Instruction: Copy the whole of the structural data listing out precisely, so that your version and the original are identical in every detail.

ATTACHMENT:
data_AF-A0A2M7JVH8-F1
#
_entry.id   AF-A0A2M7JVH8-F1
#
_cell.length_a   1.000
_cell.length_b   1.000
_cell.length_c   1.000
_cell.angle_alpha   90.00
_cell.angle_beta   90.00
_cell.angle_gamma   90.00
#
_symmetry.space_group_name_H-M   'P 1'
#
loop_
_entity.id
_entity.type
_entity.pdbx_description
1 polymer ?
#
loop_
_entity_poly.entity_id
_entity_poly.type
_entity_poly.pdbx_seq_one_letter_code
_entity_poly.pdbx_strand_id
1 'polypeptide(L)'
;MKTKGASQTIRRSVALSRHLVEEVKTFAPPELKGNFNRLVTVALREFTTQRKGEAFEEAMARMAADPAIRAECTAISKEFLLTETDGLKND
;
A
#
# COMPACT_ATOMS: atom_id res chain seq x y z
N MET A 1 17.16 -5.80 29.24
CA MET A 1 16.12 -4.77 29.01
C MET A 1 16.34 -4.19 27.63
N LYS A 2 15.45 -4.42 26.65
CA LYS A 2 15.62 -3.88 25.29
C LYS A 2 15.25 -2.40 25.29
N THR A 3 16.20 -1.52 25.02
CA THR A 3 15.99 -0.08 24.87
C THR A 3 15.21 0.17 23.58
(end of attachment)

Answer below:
data_AF-A0A2M7JVH8-F1
#
_entry.id   AF-A0A2M7JVH8-F1
#
_cell.length_a   1.000
_cell.length_b   1.000
_cell.length_c   1.000
_cell.angle_alpha   90.00
_cell.angle_beta   90.00
_cell.angle_gamma   90.00
#
_symmetry.space_group_name_H-M   'P 1'
#
loop_
_entity.id
_entity.type
_entity.pdbx_description
1 polymer ?
#
loop_
_entity_poly.entity_id
_entity_poly.type
_entity_poly.pdbx_seq_one_letter_code
_entity_poly.pdbx_strand_id
1 'polypeptide(L)'
;MKTKGASQTIRRSVALSRHLVEEVKTFAPPELKGNFNRLVTVALREFTTQRKGEAFEEAMARMAADPAIRAECTAISKEFLLTETDGLKND
;
A
#
# COMPACT_ATOMS: atom_id res chain seq x y z
N MET A 1 17.16 -5.80 29.24
CA MET A 1 16.12 -4.77 29.01
C MET A 1 16.34 -4.19 27.63
N LYS A 2 15.45 -4.42 26.65
CA LYS A 2 15.62 -3.88 25.29
C LYS A 2 15.25 -2.40 25.29
N THR A 3 16.20 -1.52 25.02
CA THR A 3 15.99 -0.08 24.87
C THR A 3 15.21 0.17 23.58